Happy Endings At Storybook Farm
Words by Charlotte Brakmann
Just as reading a whimsical story transports us to alternative realities that are light and hopeful, Storybook Farm aims to do the same thing for the families, volunteers and most importantly children that come to the farm.
Storybook Farm’s mission is to meet the needs of children in the local and surrounding areas through therapy with their 17 horses, 10 dogs, several cats, and “secret garden”. The farm uses all five senses from riding on horseback to digging your hands in the cold, wet dirt to help children escape everything from depression to developmental challenges.
“The underlying mission of Storybook Farm is to be a breath of fresh air from the pressures that surround our lives,” founder Dena Little explained.
Dena Little’s two passions growing up were always reading and riding horses. When she was not outside riding her horse Polk, she was pouring over her favorite series “Billy and Blaze” by C.W. Anderson. She held onto these passions throughout her adult life and was inspired one day after reading a newspaper article about a non-profit farm in New York that used equine therapy to serve children.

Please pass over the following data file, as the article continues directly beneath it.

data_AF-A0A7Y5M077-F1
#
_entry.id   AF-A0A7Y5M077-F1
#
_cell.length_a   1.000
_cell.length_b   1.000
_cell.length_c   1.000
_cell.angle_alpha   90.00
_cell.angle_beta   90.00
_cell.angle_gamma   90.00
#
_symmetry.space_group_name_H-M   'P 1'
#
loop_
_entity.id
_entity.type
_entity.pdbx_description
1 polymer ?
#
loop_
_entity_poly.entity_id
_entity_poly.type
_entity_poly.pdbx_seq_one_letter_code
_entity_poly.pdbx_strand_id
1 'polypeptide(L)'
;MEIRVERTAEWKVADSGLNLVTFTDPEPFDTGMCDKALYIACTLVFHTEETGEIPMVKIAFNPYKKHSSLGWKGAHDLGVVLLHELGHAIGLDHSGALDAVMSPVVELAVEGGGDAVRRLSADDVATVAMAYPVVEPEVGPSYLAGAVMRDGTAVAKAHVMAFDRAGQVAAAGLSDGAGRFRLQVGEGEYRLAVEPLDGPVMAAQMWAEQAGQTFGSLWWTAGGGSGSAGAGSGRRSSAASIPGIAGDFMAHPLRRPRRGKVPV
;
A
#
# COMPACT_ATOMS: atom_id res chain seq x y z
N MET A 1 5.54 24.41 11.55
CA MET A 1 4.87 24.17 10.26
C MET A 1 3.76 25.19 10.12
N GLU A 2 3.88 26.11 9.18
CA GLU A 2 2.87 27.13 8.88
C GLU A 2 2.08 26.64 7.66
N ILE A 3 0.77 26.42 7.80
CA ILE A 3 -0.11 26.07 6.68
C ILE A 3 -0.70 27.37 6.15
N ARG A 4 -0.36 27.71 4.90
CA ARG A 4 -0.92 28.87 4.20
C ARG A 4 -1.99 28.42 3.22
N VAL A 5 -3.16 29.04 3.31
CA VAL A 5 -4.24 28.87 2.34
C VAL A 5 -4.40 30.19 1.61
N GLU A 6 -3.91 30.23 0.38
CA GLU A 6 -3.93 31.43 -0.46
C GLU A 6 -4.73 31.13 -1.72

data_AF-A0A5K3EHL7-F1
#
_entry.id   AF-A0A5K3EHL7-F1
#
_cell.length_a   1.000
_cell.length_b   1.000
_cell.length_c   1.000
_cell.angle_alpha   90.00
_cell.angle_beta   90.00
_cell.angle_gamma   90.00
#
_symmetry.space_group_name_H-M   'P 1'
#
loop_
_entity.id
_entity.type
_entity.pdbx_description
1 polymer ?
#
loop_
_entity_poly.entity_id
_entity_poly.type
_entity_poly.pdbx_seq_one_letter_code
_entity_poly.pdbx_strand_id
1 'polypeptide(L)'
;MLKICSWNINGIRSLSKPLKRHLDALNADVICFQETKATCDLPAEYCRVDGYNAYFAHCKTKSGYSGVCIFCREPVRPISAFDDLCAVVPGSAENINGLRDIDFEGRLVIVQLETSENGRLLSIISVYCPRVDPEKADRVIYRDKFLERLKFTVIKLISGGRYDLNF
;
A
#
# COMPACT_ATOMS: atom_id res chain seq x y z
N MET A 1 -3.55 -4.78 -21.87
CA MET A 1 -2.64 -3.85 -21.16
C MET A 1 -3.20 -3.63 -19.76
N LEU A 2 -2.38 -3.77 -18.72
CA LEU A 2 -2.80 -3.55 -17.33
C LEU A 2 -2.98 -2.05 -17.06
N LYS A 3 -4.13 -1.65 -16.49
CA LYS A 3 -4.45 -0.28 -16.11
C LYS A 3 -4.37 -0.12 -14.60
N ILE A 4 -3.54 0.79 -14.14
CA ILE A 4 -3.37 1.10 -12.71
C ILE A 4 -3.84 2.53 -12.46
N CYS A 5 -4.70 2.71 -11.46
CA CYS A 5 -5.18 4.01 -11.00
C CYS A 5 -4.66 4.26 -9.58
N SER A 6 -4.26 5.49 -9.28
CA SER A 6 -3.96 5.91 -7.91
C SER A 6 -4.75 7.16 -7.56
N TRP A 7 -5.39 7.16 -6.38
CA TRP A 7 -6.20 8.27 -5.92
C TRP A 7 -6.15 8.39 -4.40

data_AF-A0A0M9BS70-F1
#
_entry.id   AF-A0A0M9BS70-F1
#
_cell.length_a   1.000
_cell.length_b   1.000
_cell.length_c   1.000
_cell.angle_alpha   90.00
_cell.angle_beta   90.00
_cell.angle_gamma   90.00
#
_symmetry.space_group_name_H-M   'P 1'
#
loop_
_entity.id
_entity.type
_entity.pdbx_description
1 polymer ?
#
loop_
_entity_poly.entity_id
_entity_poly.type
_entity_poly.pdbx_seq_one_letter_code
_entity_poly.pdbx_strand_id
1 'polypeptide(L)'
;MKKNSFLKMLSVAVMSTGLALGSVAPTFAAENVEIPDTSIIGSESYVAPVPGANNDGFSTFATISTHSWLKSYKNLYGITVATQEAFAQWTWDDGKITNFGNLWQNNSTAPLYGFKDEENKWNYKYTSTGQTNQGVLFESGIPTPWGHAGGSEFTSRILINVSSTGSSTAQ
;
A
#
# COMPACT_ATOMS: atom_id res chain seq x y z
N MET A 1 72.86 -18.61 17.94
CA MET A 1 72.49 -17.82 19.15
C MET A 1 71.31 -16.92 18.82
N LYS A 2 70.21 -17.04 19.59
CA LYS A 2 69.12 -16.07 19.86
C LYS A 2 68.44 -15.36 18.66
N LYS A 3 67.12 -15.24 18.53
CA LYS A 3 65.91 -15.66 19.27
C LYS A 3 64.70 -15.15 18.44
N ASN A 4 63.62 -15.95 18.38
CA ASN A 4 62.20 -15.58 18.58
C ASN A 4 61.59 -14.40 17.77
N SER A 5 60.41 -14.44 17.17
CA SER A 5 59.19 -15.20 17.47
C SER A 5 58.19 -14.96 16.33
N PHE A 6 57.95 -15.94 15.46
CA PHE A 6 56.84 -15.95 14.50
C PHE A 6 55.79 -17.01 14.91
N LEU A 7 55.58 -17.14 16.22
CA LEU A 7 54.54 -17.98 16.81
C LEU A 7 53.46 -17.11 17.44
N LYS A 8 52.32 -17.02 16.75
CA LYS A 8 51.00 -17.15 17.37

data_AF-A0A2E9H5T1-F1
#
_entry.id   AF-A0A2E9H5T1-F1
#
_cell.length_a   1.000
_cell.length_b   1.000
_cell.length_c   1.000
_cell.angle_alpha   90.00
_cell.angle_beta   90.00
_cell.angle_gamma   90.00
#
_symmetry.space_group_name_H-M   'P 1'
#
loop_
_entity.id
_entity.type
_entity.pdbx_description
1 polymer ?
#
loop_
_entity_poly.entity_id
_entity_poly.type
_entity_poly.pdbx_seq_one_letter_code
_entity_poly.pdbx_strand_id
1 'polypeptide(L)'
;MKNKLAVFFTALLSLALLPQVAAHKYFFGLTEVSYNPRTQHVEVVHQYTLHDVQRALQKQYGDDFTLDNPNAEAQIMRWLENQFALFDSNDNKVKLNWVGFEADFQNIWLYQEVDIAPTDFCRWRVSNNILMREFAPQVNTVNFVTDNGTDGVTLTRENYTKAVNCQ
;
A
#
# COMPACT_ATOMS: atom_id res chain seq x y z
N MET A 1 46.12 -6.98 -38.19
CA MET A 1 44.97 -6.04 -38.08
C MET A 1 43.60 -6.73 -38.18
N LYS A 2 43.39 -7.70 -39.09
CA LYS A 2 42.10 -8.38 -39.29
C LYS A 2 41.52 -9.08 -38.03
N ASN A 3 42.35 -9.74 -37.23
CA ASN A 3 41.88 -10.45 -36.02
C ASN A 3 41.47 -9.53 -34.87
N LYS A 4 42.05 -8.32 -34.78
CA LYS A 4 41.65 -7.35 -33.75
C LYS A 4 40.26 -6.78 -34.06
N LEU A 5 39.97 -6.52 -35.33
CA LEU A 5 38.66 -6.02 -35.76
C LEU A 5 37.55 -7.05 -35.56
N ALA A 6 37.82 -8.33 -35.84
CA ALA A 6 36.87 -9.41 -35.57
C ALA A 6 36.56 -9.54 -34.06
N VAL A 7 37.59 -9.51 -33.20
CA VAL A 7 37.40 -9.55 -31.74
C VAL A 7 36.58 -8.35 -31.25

In 2002 Dena finally worked up the nerve to sell her successful bakery in Atlanta and chase a dream that had been stirring in her heart since reading that article. With her two-year-old and four-year-old daughters in tow, she used the proceeds from selling her bakery to buy land and two horses in Opelika, Alabama. She had no inclination that almost two decades later she would own over 51 acres of land which serves 1,500 children with varying disabilities every year.
Storybook Farm’s namesake was birthed from Dena’s English literature background in college. She has always appreciated the power of a story, and the fancifulness that is sparked in each of us as we are immersed in a character. Storybook Farm names all of their animals after character’s names in literature. This theme is one that carries on not only through the names of the animals but also through activities that the farm does to inspire creativity in the children.
For example, the volunteers write the children stories from the animals in the context of their storybook character. Imagine receiving a letter from the horse named Dr. Watson detailing his adventures with his detective friend Sherlock Holmes. Not only do the children have bonds with the animals, but there is also a relationship fostered between them and the characters that the animals take on. This is just one way that the storybook theme is woven into the fabric of this special place.
The Storybook theme goes into the names of the animals, but also the names of activities. Recently, more land was purchased for the farm to expand and have riding trails. On this new land, there will be a “Fox and the Hound” dog park for the kids to play in. There is also a “Secret Garden” where they weekly get to watch seeds grow and ultimately gather the fruits of their labor.
“The possibilities with stories is endless. There are always more characters and inspiration, so it is the perfect theme for this place which has endless potential and opportunity for growth,” Dena said.